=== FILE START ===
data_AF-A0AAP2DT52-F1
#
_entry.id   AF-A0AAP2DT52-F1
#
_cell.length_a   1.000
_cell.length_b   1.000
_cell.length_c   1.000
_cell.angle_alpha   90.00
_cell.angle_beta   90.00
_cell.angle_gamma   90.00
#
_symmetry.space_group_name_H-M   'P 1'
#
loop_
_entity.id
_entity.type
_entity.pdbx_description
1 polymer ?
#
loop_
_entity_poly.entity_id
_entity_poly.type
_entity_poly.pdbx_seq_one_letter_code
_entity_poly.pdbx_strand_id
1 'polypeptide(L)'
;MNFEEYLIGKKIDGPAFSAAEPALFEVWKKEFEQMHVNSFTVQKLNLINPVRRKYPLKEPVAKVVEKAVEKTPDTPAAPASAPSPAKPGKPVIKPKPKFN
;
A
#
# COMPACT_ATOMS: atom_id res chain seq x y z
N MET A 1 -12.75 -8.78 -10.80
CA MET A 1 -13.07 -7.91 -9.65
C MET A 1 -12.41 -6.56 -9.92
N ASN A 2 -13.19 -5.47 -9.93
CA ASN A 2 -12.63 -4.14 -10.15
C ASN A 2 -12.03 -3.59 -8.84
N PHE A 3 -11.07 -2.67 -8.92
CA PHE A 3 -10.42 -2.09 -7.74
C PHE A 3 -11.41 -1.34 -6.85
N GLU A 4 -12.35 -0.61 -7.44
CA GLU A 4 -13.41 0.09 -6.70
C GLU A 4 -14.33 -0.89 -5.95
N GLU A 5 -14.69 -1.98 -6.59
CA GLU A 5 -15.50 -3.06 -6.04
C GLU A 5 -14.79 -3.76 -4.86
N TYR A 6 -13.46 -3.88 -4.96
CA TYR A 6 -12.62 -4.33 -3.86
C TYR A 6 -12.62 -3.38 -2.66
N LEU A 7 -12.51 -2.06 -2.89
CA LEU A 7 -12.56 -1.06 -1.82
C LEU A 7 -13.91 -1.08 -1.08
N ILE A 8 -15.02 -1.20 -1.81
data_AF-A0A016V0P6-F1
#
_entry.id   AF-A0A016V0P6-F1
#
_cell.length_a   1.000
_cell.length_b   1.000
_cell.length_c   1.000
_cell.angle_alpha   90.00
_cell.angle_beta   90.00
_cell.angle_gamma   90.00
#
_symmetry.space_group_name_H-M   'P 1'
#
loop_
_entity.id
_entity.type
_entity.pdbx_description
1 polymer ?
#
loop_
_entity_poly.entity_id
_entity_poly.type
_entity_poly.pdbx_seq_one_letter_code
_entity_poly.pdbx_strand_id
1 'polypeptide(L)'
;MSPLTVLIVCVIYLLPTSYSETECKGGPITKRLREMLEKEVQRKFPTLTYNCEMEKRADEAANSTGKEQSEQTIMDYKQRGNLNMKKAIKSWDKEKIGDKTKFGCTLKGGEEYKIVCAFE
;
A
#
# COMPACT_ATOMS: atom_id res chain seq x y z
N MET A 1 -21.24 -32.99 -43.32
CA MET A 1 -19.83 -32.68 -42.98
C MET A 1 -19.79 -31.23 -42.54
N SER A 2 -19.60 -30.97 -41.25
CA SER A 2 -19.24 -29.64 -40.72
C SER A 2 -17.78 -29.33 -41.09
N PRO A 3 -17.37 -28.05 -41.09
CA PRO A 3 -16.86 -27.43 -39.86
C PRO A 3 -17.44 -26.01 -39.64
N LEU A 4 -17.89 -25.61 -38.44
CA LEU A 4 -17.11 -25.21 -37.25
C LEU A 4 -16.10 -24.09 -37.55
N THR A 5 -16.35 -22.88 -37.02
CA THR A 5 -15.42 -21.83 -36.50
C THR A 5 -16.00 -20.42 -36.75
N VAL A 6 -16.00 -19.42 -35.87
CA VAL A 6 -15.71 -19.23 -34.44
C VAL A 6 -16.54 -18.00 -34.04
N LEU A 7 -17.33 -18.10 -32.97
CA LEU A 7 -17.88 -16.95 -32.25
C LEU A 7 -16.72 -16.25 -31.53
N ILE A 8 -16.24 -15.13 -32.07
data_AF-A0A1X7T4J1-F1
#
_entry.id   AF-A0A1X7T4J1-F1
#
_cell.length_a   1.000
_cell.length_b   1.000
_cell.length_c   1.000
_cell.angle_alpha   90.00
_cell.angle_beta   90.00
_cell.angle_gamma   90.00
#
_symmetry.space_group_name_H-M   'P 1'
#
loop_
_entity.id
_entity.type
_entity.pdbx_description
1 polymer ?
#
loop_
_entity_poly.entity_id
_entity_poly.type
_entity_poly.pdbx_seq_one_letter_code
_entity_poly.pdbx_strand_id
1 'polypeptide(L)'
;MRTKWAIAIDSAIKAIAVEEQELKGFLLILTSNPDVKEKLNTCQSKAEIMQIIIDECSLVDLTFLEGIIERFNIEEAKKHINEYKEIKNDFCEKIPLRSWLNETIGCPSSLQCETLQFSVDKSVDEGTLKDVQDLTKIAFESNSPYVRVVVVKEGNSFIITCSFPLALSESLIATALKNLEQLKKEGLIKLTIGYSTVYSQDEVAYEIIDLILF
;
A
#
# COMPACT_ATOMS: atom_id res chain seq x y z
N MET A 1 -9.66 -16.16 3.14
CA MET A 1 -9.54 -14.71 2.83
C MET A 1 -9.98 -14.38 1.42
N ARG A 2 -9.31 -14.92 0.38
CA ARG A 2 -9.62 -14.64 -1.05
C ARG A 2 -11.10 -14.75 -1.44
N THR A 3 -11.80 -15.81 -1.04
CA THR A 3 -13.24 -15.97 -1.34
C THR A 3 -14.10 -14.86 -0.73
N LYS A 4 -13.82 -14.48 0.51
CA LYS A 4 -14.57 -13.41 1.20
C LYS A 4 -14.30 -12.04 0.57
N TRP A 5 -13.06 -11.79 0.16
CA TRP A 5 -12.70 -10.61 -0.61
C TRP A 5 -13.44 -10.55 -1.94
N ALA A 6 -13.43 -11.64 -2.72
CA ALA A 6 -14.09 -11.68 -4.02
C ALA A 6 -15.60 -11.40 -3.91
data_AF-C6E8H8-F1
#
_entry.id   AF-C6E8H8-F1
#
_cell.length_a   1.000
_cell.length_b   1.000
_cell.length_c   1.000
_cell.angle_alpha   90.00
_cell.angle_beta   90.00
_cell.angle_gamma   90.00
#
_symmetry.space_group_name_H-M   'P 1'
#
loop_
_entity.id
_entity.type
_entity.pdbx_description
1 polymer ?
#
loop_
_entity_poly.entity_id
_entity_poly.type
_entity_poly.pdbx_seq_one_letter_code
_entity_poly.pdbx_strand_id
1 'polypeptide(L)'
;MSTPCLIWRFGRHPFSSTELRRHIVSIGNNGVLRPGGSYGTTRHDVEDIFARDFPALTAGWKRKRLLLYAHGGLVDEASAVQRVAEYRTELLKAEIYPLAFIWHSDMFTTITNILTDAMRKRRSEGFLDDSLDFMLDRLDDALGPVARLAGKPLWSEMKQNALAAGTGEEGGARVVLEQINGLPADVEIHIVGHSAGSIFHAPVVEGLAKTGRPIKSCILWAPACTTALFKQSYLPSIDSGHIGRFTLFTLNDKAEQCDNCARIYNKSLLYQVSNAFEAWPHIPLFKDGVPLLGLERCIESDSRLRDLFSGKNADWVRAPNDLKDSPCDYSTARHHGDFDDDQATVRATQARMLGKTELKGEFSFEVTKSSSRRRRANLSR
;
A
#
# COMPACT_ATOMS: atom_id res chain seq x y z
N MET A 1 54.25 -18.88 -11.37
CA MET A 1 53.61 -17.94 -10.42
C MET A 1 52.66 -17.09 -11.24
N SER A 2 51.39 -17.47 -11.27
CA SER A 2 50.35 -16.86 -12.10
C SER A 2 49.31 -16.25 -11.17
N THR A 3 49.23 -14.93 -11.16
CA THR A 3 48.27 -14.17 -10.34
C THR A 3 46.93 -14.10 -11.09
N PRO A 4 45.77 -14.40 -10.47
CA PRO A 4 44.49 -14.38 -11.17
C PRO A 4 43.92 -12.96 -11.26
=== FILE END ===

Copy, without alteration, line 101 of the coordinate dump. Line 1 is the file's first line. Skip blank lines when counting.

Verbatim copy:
N LEU A 7 -17.33 -18.10 -32.97